• 39°

The record on education

Phil Kirk, chairman emeritus of the State Board of Education, says the media has distorted the records of Gov. Pat McCrory and the Republican-led General Assembly on several issues, including how much the state allocated for public education.
Indeed, the party in power points to figures showing education spending rising by almost 4 percent, while others point to a comparison that includes inflation and student enrollment and shows a 2 percent cut.
But most supporters of the schools don’t need the media or a chairman emeritus to tell them that recent legislative action has done little to help teachers meet the rising demands of educating our state’s children.
Last week the Southern Education Foundation released a study saying that, for the first time, more than half of the children in public schools in the South and West are from low-income families. According to Kids Count, the percentage of N.C. school children on free and reduced price lunch grew from 48.4 percent in 2007-08 to 56 percent in 2011-12. In Rowan, it went from 49.8 percent to 61.9 percent.
Out of 1.4 million students in the state, more than 803,000 are from low-income families. What did legislators concerned about the plight of these children do during the last legislative session? Did they decrease class size? No, they increased it. Did they provide more support staff? No, they discontinued funding for thousands of teaching assistants.
What did lawmakers do to help hundreds of thousands of children from low-income families? They added a voucher program so up to 2,500 children can attend private school.
This is not to say that the General Assembly and McCrory completely neglected public education. But in the rush to reform — a new grading system to rate schools, the end of teacher tenure, more money for technology, changes in testing — they flubbed on a couple of major points.
One is the voucher issue. Even Kirk takes issue with that. Siphoning much-needed funds away from public schools to send children to private schools, however small the number, is a big step in the wrong direction.
And lawmakers shot themselves and their governor in the foot by refusing to give teachers any kind of across-the-board raise. Teachers have received one pay increase in the last six years — a whopping 1.2 percent. This year the legislature funded merit raises for 25 percent of them. What does that say to the other three-fourths of our teaching corps? Too bad?
North Carolina’s average teacher salary plummeted down in state rankings as the General Assembly, under Democratic leadership, dealt with the recession. Republicans had the power to do something about that this year, but they chose not to. Legislators may have increased the allocation for schools, but they dissed the people at the head of the class. That’s what people will remember.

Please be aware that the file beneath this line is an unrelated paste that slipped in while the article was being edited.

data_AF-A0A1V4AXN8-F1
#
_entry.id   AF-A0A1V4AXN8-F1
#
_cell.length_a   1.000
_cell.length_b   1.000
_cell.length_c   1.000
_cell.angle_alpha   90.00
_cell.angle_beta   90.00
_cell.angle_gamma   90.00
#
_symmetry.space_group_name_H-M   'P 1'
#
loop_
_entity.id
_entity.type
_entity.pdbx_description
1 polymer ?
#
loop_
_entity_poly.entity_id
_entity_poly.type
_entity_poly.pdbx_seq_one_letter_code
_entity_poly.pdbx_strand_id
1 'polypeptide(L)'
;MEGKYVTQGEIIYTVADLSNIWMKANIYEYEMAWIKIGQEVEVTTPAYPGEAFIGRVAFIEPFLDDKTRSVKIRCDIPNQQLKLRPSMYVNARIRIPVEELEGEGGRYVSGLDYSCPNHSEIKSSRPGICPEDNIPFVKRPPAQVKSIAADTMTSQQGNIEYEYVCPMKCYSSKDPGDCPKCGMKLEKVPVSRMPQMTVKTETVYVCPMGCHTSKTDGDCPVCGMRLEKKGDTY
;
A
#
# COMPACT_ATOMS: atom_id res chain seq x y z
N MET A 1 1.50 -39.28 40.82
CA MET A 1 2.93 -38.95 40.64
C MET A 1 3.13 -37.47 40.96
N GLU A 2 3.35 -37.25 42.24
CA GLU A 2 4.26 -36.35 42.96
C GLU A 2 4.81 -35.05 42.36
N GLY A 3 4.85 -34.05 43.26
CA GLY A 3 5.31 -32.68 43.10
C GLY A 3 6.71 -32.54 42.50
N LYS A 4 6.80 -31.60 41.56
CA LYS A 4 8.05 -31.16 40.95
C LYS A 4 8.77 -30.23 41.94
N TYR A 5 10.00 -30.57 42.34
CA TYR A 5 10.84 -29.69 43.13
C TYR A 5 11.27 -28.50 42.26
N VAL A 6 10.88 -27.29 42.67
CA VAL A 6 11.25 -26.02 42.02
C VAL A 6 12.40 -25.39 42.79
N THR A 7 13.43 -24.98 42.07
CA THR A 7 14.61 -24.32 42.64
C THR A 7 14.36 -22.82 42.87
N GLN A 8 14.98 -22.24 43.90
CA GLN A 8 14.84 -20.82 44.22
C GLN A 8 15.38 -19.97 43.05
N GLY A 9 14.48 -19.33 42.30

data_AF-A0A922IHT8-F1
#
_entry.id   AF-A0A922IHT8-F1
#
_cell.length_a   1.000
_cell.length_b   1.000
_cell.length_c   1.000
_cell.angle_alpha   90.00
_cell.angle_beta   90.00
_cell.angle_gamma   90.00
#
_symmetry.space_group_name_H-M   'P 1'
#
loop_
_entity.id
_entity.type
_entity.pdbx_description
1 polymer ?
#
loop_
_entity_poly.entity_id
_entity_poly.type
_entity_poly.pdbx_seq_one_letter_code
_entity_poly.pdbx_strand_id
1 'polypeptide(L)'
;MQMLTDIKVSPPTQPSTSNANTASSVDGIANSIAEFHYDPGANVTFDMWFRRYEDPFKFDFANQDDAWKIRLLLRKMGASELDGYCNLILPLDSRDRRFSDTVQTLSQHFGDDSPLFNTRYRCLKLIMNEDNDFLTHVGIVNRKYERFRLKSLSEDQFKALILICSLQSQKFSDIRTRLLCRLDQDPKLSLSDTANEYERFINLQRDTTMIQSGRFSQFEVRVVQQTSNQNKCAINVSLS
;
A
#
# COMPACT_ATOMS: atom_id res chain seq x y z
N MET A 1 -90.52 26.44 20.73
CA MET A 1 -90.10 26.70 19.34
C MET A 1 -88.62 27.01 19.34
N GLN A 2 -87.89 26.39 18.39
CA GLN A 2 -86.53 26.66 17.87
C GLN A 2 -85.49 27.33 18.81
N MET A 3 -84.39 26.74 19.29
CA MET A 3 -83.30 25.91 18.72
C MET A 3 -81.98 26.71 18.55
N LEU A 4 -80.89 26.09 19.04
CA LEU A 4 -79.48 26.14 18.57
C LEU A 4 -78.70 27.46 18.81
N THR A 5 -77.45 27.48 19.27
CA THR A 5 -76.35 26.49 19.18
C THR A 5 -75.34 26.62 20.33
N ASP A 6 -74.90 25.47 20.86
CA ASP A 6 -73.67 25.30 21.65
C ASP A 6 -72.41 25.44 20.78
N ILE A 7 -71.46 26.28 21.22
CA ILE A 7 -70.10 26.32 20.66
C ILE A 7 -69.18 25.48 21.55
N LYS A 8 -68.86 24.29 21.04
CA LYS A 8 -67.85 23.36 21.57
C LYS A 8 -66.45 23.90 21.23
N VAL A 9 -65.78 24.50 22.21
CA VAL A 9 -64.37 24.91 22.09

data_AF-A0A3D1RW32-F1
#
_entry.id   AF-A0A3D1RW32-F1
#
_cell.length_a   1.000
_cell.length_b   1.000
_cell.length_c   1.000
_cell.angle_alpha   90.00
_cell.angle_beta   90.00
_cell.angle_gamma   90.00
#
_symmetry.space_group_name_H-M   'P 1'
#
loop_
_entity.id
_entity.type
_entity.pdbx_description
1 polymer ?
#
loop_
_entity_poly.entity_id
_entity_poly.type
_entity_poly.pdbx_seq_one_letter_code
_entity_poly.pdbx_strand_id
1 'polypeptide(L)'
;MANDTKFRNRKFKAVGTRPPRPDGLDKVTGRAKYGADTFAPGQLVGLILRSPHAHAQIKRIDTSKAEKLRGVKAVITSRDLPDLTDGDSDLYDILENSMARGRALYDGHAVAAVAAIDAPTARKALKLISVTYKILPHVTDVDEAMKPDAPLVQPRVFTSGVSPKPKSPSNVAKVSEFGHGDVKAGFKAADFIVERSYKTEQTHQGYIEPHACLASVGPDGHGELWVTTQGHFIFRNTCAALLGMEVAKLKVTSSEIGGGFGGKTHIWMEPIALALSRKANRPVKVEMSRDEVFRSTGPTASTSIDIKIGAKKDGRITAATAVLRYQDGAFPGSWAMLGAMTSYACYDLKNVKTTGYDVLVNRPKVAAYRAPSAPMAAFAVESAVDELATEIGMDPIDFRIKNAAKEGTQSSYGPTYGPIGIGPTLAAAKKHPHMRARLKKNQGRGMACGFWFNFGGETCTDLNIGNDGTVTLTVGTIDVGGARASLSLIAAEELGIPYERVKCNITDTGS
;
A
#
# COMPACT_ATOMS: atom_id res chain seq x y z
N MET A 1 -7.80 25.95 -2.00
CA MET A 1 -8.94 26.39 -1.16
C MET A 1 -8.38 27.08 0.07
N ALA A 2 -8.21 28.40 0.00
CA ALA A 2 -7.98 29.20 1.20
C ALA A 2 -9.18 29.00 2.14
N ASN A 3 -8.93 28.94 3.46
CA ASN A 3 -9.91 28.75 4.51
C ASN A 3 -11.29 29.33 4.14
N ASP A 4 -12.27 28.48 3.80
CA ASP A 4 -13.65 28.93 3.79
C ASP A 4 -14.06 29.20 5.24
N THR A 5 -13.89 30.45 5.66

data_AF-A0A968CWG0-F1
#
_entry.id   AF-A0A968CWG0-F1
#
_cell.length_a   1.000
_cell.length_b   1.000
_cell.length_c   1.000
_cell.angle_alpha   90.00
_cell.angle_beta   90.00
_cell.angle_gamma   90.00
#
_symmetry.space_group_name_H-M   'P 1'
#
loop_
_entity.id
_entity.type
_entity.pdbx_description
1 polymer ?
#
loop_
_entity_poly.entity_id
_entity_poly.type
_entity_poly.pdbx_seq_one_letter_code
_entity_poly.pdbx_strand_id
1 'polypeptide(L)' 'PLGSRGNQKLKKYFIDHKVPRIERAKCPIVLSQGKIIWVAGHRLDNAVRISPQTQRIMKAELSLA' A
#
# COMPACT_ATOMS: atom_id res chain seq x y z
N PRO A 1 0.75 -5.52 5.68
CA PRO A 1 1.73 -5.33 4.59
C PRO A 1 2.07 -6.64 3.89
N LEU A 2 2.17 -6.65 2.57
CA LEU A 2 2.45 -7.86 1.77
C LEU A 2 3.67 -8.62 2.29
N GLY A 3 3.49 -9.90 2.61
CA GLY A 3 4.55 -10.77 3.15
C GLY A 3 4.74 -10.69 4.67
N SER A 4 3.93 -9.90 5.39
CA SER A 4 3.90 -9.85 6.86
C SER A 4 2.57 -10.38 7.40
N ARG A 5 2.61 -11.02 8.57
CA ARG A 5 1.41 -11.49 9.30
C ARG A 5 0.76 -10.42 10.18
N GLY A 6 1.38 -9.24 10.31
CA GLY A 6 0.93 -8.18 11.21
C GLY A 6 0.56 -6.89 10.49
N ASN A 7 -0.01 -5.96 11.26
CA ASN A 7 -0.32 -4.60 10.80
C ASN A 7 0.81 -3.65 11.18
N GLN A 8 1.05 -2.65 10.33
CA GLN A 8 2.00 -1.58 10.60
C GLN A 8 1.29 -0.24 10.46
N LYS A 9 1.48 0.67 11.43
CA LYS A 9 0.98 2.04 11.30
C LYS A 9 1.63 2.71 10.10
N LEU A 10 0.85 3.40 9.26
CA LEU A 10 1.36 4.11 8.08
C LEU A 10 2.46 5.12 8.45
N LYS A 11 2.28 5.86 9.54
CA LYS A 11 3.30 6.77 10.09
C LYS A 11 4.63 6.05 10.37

Comments

Comments closed.

Coronavirus

10% of Rowan residents receive first dose; eight COVID-19 deaths reported this week

News

North Carolina State Highway Patrol commander to retire

Education

UNC School of the Arts may go for online learning due to COVID-19 spread

Coronavirus

Greensboro site to administer 3,000 daily vaccine doses starting March 10

Nation/World

$1.9 billion relief bill closer to passage in House

Nation/World

Lady Gaga’s dogs recovered safely

Coronavirus

Advisers OK single-shot COVID-19 vaccine from J&J

Local

Post wins 18 N.C. Press Association Awards

Education

Cooper vetoes bill that would force K-12 schools to reopen

Local

Lanning named Spencer’s fire chief

Crime

Blotter: Feb. 26

Crime

Salisbury, Kannapolis men charged with soliciting sexual acts

News

Racial bias ‘deeply entrenched’ in report critical of Apex Police Department

Nation/World

US bombs facilities in Syria used by Iran-backed militia

Elections

City council again dismisses idea of adding new member, focus now on recommendation to delay elections

Business

‘Let’s make some money:’ Loosened restrictions praised by bar owners, baseball team

High School

Salisbury High bucks historical trend in dominant shutout of West Rowan

Enochville

Garage declared total loss after Enochville fire

Crime

Cooper, N.C. prison officials agree to release 3,500 inmates

Coronavirus

Two more COVID-19 deaths reported in Rowan, six for the week

Crime

Blotter: Man brandishes AR-15, runs over motorcycle at Rockwell-area gas station

Crime

Salisbury man charged with exploitation of minor

Crime

Road rage incident results in assault charges

Local

Dukeville lead testing results trickle in, more participation needed